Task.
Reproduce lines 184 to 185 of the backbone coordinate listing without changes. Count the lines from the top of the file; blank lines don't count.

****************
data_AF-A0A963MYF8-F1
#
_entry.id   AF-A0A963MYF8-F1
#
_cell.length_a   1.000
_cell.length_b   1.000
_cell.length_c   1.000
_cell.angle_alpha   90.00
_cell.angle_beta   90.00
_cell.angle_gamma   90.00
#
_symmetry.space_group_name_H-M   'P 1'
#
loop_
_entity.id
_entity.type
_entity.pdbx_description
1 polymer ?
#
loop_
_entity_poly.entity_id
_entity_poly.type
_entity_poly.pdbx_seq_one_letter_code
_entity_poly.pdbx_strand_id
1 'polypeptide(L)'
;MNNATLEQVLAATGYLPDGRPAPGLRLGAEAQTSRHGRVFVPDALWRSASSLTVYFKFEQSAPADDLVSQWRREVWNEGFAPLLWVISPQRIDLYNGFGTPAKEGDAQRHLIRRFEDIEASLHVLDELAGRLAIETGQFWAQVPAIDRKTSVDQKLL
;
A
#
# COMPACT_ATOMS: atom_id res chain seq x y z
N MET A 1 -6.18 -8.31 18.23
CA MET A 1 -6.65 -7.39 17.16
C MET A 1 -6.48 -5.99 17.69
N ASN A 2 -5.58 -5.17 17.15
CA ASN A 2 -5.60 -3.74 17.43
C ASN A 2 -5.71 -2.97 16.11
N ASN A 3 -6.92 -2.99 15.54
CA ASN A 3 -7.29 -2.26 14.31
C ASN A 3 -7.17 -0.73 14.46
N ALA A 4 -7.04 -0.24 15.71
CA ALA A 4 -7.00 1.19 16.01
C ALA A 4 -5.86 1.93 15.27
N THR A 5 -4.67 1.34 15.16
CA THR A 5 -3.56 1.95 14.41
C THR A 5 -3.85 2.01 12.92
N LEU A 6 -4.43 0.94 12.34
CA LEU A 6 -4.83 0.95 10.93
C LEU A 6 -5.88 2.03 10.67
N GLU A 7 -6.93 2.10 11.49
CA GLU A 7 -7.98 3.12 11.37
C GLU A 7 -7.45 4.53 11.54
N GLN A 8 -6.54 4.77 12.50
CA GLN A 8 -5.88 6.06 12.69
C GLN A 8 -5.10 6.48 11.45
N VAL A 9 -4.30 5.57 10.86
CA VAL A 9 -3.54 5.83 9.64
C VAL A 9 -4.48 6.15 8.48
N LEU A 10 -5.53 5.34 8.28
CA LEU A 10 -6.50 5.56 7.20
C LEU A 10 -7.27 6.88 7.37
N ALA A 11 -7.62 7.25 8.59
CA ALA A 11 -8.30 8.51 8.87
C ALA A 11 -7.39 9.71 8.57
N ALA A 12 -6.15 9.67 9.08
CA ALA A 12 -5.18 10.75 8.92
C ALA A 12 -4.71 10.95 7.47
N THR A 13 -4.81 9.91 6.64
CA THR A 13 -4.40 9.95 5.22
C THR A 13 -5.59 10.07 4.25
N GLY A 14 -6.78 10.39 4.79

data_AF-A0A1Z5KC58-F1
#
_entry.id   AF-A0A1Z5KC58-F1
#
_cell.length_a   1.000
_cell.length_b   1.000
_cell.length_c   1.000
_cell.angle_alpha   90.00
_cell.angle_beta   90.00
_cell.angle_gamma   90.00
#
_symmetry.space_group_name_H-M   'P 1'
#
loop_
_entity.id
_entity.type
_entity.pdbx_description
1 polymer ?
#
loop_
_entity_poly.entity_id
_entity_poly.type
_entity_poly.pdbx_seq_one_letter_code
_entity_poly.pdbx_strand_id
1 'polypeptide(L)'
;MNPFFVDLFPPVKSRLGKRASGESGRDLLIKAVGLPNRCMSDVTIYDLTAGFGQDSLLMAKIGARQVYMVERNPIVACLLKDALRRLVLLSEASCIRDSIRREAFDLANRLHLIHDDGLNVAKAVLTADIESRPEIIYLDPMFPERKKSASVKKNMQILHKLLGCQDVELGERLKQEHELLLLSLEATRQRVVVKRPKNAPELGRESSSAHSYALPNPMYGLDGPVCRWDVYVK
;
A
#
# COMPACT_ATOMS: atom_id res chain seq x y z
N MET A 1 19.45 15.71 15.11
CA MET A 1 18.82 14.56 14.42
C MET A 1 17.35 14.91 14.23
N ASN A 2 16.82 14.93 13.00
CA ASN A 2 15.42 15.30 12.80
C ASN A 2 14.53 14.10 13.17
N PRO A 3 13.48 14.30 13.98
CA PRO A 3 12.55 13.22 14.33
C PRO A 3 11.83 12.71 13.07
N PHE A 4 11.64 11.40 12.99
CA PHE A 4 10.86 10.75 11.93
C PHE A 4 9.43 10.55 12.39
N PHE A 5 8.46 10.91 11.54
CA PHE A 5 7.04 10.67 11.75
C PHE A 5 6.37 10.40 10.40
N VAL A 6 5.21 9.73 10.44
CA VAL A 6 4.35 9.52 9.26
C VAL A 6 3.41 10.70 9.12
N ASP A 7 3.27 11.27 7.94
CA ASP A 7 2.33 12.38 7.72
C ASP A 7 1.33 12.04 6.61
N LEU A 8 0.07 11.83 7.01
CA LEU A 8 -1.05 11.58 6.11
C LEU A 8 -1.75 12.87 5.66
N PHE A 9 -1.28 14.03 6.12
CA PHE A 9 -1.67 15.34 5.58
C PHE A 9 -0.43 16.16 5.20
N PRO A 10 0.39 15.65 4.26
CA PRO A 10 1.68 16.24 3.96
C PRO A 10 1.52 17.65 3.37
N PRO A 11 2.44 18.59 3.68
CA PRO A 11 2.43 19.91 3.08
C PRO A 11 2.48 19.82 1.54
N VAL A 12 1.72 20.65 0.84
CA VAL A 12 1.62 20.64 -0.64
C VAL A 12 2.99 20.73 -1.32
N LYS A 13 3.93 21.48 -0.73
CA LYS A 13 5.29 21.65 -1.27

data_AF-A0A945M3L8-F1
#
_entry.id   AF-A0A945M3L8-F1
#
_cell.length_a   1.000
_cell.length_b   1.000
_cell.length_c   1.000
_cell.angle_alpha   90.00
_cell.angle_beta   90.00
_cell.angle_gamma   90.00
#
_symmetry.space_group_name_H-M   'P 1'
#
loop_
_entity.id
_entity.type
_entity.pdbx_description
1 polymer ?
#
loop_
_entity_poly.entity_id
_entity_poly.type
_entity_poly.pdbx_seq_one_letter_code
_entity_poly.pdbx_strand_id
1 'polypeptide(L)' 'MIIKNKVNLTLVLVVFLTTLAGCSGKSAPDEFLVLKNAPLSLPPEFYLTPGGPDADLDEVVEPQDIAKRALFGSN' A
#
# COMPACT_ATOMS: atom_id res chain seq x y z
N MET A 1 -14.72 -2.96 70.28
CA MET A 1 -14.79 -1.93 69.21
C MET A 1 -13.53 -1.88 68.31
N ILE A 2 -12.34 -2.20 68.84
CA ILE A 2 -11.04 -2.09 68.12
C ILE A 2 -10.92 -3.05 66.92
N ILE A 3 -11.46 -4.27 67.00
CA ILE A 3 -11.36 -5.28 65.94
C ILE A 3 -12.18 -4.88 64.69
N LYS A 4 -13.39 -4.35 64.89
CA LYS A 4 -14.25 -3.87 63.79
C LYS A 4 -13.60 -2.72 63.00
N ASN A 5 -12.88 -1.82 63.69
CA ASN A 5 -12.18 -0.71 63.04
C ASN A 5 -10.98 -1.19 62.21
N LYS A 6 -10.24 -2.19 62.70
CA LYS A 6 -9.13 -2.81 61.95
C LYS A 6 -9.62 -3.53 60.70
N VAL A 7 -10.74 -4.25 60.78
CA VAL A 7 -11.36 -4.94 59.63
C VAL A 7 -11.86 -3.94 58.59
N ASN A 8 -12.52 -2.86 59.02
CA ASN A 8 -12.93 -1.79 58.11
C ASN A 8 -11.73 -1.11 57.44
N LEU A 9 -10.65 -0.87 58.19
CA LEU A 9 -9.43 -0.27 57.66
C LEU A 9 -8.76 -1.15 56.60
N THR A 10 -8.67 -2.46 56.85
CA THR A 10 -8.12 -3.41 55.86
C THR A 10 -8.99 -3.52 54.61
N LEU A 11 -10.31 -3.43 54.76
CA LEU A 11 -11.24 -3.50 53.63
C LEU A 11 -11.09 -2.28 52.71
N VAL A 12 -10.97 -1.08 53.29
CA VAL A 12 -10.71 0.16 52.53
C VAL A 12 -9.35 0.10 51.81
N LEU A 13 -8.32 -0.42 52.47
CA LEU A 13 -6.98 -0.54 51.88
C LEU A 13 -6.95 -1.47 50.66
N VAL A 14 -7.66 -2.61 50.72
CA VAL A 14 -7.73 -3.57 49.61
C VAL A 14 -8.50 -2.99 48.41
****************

N VAL A 7 -10.74 -4.25 60.78
CA VAL A 7 -11.36 -4.94 59.63